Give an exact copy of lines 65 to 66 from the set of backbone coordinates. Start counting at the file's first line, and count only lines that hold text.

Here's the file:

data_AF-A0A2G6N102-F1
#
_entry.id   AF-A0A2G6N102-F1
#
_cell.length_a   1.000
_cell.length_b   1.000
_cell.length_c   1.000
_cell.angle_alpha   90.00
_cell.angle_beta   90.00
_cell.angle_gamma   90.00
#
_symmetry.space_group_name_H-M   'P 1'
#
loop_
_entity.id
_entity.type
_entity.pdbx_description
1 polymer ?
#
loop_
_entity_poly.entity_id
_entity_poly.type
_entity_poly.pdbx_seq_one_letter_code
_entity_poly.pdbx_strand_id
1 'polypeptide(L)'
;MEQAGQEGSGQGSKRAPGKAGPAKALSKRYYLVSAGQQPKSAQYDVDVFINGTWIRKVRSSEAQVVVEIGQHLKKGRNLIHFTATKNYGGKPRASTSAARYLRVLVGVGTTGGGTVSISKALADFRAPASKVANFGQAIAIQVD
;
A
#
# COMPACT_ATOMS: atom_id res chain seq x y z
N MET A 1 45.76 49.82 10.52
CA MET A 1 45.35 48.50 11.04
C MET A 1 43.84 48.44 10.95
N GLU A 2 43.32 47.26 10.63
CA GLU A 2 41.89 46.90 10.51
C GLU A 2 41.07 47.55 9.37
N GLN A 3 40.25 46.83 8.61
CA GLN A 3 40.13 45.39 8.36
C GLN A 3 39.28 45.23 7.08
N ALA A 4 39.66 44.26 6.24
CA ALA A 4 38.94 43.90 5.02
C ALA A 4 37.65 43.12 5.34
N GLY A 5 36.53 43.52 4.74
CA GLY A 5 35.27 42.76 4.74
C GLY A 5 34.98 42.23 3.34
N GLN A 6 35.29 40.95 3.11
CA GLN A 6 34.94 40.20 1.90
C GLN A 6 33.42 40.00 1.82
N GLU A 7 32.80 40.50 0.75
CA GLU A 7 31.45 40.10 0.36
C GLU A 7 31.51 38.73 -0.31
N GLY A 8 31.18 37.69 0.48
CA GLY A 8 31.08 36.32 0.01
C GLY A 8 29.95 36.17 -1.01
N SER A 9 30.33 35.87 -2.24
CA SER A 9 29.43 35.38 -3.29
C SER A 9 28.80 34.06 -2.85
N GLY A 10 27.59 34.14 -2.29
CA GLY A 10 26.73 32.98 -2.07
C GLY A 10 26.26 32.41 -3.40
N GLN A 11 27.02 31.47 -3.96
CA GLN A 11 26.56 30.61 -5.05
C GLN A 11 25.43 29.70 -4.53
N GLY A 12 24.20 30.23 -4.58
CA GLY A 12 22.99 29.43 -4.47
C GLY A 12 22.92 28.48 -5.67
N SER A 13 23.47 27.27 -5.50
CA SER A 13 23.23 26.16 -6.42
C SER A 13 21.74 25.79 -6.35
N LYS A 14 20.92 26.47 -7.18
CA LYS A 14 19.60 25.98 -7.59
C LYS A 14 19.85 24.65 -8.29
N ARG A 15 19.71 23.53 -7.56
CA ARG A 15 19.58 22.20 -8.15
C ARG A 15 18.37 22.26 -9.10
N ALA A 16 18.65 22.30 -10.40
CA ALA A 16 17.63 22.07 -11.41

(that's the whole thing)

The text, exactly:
CA GLY A 12 22.99 29.43 -4.47
C GLY A 12 22.92 28.48 -5.67